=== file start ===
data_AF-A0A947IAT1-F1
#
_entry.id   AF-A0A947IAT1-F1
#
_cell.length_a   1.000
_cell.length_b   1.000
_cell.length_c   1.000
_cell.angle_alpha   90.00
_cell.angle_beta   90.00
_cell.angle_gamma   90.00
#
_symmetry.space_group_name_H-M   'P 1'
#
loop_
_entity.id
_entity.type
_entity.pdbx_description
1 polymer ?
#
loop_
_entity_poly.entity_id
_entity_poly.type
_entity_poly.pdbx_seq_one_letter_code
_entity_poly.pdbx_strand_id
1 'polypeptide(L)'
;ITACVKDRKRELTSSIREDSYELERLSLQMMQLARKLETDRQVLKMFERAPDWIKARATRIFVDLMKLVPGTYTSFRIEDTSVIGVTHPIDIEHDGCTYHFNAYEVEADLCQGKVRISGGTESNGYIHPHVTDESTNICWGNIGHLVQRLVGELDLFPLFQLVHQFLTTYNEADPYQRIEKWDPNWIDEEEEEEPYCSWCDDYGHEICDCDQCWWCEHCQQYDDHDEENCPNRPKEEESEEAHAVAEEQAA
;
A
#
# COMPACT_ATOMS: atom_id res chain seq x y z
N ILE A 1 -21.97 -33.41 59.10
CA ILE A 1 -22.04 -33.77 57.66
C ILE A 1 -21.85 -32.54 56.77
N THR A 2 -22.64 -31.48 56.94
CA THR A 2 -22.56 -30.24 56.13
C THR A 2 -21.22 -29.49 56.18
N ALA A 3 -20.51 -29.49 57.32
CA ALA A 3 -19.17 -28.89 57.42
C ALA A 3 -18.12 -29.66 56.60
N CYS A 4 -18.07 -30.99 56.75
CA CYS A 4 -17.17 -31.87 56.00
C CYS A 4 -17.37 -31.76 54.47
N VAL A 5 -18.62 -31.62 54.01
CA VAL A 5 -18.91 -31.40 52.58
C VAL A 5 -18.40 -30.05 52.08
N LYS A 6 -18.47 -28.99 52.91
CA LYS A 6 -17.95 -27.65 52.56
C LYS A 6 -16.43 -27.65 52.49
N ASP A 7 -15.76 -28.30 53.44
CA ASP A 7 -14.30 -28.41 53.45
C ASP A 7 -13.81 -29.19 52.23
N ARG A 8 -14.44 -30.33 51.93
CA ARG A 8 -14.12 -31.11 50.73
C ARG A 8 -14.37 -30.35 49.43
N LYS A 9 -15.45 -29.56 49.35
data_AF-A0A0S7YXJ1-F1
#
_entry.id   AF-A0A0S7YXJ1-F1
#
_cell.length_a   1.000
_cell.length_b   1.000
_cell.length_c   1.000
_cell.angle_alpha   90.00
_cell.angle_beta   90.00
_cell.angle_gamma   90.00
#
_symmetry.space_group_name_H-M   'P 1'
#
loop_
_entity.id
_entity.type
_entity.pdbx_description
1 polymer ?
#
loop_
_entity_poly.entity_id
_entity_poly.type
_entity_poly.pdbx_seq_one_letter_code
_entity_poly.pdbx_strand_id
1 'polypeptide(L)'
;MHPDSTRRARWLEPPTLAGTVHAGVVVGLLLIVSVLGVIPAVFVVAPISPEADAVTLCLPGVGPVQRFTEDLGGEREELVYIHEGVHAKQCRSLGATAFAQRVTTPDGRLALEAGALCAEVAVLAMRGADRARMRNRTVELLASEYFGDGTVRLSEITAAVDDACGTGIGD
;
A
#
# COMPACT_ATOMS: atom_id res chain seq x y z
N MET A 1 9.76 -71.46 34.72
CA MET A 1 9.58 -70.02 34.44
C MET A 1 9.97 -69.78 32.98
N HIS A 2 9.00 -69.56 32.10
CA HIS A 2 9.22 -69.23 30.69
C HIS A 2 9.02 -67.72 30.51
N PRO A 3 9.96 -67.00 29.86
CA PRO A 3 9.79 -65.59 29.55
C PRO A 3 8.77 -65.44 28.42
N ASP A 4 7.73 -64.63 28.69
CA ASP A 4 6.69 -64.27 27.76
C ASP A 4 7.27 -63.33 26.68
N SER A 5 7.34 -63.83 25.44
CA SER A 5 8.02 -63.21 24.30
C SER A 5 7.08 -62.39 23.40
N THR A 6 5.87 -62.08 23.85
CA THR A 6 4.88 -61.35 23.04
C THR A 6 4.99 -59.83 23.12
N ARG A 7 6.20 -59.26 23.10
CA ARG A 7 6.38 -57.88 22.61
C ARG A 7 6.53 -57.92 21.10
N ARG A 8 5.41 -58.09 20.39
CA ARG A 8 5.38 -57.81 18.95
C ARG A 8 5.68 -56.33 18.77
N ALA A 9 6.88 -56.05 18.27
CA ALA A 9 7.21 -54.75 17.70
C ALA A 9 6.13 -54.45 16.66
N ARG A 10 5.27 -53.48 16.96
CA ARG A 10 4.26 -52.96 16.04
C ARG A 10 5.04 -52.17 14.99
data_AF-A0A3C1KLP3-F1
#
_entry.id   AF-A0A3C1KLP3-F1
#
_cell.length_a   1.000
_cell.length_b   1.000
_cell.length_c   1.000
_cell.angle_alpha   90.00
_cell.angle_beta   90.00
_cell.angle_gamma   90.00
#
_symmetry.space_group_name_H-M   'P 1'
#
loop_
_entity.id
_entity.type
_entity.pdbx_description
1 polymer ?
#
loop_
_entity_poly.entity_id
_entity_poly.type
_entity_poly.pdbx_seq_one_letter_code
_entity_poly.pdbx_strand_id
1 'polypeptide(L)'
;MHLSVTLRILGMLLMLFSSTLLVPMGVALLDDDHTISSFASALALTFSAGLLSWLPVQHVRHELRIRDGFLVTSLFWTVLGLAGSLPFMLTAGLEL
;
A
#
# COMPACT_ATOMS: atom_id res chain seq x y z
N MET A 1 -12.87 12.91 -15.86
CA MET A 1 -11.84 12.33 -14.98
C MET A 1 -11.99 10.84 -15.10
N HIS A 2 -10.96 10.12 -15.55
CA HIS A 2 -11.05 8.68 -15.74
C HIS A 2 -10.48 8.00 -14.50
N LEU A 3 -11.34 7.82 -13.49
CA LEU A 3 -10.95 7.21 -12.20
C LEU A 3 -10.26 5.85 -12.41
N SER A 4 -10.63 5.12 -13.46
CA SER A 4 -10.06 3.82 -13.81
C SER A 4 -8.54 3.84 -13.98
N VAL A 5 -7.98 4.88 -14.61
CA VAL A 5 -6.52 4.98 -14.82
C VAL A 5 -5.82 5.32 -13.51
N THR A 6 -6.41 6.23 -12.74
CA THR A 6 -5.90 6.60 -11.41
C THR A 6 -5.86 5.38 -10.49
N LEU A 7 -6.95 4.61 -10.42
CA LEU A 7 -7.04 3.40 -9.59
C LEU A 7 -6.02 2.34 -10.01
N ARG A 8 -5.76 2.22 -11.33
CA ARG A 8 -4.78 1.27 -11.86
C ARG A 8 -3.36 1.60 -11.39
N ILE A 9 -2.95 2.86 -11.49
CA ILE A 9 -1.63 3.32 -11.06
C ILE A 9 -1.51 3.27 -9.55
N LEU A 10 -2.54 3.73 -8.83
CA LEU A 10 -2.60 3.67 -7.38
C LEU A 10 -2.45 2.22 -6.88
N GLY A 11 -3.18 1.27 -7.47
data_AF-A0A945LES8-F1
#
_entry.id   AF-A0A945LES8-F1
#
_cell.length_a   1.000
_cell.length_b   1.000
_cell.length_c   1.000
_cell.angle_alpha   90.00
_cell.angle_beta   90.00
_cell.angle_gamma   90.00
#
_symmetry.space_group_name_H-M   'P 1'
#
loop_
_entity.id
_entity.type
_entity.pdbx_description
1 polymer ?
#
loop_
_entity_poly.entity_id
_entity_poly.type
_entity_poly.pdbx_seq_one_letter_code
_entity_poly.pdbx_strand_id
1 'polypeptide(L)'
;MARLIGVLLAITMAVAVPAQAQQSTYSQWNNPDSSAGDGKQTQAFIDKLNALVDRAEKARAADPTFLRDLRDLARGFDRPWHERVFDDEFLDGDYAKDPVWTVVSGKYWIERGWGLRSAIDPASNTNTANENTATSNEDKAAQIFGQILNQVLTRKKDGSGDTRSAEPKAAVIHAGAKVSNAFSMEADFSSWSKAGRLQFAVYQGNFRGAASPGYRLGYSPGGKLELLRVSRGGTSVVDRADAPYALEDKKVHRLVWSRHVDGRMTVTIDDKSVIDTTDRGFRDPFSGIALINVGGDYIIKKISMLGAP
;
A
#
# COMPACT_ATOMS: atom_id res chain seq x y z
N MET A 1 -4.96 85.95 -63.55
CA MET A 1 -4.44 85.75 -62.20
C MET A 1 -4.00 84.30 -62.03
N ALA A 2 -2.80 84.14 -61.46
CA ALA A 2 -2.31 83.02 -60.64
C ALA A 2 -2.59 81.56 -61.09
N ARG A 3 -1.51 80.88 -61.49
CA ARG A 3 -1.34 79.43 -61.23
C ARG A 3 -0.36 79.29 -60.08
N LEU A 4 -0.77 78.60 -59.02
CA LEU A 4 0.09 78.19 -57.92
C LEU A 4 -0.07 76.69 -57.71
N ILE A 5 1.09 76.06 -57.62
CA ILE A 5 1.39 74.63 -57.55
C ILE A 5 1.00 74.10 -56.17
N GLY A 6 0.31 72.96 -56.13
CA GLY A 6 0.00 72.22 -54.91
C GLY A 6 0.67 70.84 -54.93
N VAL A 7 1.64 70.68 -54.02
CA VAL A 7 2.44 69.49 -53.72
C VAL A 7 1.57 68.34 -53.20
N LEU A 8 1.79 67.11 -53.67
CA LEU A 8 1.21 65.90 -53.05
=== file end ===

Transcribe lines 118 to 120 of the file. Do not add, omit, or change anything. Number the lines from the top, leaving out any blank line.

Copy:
_entry.id   AF-A0A3C1KLP3-F1
#
_cell.length_a   1.000